I could never love anyone more than I love my sisters.

I can’t remember the first time I read Little Women. I remember what the book looked like, a hardcover with pale flowers on the front that I checked out of the library, but I don’t have any specific memories of reading it. I do remember reading Little Men – I read it in the bathtub, soaking in some mixture that was supposed to help keep my chicken pox from itching quite so much. I didn’t like Little Men as much as Little Women, except for Daisy’s little stove, which isn’t a huge part of the story. I always found it a little off-putting that Jo married someone so old, and I didn’t like reading about him all that much. And I never made it through Jo’s Boys. I read Little Women not long before I read Little Men, but I don’t remember meeting the March family for the first time, which surprises me. It’s such a vivid story, the kind of story I usually remember encountering for the first time. I remember discovering Anne of Green Gables, but not, for whatever reason, Little Women.

My book club is discussing Little Women this month (and the new companion to it, March, which is from Mr. March’s perspective, next month). One of my friends is planning on coming to the discussion, so she just finished the book, and last night we watched the movie (Winona Ryder version) last night. I own the movie, but it was the first time in several years I had actually watched it, as opposed to putting it in because it’s familiar and comforting and I can fall asleep to it. It was also the first time I’d watched it since being married, at least for any length of time, and this is the first time I’ve returned to the story of Little Women (I’m about ¼ of the way through the book) since reading March, which gave an interesting perspective on the family.

And I loved it. I really did. I liked the inclusion of politics, especially after reading March and thinking more about the Alcotts and what they believed about slavery and suffrage. I think including that information added another level to the movie, which I appreciated. As I’ve been reading the book, I’ve recalled so many of the scenes from the movie – Meg letting her friends dress her up, Amy and the limes, the Christmas dinner they gave away. I don’t exactly picture Winona Ryder when I read about Jo, but she has the right eyes to play the part. The March house looks to me like it does in the movie, and Christian Bale is exactly how I picture Laurie.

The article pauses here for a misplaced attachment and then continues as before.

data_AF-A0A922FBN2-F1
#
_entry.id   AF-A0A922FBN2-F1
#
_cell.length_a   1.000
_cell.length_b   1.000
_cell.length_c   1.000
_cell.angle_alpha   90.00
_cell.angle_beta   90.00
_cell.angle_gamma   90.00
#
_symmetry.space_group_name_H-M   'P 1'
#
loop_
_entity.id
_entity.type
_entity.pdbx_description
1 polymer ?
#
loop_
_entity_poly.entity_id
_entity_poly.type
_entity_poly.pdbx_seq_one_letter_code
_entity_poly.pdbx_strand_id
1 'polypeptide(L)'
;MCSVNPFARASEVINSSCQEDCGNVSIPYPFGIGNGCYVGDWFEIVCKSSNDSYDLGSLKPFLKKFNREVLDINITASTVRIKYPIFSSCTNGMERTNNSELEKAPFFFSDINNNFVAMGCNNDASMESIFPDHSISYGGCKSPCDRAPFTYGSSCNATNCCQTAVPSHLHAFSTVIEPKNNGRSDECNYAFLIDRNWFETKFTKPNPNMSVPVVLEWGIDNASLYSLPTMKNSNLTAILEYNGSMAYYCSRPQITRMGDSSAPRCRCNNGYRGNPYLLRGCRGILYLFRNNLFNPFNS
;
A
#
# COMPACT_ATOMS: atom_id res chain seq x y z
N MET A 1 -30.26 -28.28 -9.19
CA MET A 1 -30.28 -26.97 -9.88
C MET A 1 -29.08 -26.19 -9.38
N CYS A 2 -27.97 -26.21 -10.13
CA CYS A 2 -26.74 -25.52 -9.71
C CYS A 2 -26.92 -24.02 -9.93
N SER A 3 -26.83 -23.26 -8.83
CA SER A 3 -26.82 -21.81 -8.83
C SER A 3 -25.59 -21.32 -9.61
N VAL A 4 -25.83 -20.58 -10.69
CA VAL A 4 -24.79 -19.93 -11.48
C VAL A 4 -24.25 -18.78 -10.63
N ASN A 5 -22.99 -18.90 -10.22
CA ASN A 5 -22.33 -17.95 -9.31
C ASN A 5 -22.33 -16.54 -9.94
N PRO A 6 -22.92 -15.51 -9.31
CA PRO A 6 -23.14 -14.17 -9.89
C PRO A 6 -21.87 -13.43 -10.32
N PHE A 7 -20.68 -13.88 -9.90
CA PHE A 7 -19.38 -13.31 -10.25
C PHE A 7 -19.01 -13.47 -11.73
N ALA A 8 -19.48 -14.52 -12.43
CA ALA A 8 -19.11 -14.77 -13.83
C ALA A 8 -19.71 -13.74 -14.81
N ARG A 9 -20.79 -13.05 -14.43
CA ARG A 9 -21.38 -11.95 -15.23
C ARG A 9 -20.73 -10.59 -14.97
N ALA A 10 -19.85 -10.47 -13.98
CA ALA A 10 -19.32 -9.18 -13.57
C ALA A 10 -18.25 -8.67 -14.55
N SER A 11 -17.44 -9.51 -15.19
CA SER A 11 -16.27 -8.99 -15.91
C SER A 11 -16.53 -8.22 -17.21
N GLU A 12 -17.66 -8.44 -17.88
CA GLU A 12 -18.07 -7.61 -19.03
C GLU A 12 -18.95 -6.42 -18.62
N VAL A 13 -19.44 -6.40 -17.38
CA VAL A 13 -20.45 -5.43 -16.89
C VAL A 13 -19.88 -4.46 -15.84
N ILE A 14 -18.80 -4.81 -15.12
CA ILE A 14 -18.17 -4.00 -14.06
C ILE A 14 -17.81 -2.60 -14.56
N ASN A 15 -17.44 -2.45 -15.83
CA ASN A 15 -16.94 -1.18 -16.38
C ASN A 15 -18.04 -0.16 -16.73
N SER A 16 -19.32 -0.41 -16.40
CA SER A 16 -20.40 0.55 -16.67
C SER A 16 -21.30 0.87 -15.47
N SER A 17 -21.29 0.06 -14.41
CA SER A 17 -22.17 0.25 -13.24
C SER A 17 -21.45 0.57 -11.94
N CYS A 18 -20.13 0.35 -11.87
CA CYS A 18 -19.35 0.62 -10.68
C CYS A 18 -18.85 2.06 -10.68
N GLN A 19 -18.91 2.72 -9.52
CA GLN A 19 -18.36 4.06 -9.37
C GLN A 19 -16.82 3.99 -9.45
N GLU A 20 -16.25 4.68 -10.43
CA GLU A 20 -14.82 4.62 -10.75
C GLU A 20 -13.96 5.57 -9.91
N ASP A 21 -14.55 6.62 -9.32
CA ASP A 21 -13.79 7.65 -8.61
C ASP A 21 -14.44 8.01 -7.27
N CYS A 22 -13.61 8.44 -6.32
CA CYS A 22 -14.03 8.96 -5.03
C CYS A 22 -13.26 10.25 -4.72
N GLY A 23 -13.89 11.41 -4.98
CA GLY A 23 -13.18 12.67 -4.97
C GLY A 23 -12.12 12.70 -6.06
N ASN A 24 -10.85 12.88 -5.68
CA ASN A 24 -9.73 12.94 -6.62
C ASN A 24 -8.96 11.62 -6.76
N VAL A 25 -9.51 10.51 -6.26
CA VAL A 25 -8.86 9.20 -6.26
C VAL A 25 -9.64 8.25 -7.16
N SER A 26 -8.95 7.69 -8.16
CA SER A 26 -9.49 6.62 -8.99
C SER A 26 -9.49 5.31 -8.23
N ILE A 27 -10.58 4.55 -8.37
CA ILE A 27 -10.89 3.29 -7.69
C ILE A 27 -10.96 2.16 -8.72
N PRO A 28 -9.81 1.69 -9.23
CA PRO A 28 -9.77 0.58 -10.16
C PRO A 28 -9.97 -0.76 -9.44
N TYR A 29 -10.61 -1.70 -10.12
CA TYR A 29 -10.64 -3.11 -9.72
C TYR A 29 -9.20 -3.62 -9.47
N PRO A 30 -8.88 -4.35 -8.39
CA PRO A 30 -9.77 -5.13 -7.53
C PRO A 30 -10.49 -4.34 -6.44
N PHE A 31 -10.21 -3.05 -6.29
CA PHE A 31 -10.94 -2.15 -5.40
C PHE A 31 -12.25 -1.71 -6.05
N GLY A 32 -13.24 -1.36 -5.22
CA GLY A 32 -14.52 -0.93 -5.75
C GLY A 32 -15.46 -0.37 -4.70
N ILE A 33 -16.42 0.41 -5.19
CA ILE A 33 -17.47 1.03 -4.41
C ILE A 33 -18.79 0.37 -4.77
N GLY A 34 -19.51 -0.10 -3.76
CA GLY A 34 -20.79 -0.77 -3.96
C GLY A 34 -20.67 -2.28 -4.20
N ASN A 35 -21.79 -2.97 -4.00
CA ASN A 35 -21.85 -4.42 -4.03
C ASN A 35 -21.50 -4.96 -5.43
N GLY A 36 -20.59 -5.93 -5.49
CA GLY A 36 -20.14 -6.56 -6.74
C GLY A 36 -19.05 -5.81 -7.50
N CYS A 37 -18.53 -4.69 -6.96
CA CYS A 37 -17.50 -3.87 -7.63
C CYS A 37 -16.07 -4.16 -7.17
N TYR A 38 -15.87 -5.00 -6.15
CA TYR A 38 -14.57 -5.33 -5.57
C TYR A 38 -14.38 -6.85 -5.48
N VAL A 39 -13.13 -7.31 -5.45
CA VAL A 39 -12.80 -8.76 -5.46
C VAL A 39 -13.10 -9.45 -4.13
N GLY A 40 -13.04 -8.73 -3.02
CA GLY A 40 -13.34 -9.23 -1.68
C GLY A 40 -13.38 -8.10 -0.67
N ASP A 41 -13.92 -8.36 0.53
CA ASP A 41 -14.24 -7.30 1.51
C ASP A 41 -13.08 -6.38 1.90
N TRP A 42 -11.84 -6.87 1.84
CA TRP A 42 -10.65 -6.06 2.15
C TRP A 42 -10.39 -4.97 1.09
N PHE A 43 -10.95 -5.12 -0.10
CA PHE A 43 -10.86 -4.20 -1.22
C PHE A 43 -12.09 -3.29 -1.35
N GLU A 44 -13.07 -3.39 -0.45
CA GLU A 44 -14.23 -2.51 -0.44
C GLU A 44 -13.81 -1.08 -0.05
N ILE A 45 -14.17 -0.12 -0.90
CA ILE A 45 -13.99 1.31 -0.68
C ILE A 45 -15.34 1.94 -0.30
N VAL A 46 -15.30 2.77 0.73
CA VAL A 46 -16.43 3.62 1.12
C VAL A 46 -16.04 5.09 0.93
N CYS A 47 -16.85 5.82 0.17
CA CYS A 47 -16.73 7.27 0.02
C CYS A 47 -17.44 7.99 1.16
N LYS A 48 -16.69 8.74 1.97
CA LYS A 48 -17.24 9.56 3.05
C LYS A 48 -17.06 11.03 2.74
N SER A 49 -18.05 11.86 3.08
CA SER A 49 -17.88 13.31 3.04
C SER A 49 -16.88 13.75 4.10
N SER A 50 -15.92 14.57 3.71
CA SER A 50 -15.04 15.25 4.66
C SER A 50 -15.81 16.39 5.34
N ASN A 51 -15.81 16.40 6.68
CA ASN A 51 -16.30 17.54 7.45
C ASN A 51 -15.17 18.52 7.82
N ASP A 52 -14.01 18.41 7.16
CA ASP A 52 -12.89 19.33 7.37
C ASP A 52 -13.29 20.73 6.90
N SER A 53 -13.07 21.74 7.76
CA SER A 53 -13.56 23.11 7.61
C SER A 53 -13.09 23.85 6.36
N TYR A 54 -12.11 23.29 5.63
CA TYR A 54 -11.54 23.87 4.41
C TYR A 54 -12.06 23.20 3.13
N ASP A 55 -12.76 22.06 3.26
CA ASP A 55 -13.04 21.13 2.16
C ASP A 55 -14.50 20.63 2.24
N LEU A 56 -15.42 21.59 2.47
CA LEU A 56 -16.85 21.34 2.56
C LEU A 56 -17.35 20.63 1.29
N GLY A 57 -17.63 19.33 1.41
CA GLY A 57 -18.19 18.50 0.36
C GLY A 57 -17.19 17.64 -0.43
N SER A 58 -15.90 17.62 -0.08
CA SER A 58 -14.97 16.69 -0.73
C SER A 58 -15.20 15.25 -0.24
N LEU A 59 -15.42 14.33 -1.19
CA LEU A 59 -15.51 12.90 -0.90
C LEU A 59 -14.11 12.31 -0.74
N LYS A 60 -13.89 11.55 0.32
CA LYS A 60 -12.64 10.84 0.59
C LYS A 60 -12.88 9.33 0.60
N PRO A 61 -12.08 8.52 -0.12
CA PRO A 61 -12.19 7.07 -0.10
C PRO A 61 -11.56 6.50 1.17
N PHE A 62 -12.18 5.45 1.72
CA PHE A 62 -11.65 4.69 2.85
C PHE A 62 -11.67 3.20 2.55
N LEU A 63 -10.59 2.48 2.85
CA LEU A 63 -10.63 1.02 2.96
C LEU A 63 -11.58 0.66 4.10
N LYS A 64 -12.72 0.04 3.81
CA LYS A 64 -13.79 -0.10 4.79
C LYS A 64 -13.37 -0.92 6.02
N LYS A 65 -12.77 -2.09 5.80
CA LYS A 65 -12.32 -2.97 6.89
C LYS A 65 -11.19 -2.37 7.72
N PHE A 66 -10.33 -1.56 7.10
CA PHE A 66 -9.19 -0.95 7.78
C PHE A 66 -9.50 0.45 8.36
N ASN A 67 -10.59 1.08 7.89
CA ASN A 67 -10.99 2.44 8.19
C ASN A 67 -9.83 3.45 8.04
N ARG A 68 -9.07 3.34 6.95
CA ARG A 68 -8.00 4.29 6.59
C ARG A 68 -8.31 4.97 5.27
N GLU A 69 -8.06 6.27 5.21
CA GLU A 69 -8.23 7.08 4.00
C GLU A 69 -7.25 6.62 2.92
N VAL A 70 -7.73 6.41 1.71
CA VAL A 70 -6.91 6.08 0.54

I wonder sometimes if Little Women could even be published these days – it’s a little preachy, and the story’s kind of long for a children’s book, and wouldn’t the editors require a different ending? Louisa May Alcott has disappointed generations of girls who think that Jo should end up with Laurie. I’ve paid lip service to the fact that the author was right, that Jo and Laurie weren’t right for each other, but I never actually believed it. Last night, though, when Laurie was proposing and saying how they wouldn’t fight and he’d change and she didn’t have to write unless she wanted to, I finally got it. I got that he didn’t really understand Jo if he would say that she didn’t have to write (in the book, he doesn’t say that, but she does say that he would hate all her “scribbling”). I got that she, who struggled with her temper, needed a different kind of person. I got that they actually aren’t right for each other, which I haven’t seen before because movie Laurie is so cute and appealing. I still wish the Professor wasn’t quite so old, but I’ll admit that Louisa May was right after all. It took being married for a while to see it, so I admire Jo for knowing what was right.

My friend said she cried the whole way through the book as she read it this time, and she cried last night, too. I cried a little bit when Beth died (I mean, when they’re putting the flower petals on Beth’s dolls, it’s just a bit much! They’re goading me into crying!), but I saved my good cry for the car ride home. I’m anxious to get to that part of the book, because I remember the movie version so much better.

Little Women isn’t one of my favorite books, but I love how sincere it is, the whole way through. I love that the girls are trying to make themselves better, I love the plays they put on, I love that they give their Christmas dinner away. I read a lot of books that are more jaded, and maybe they have more interesting or important things to say, but it’s nice to return to Meg, Jo, Beth, and Amy every now and then. I’m really looking forward to the discussion.

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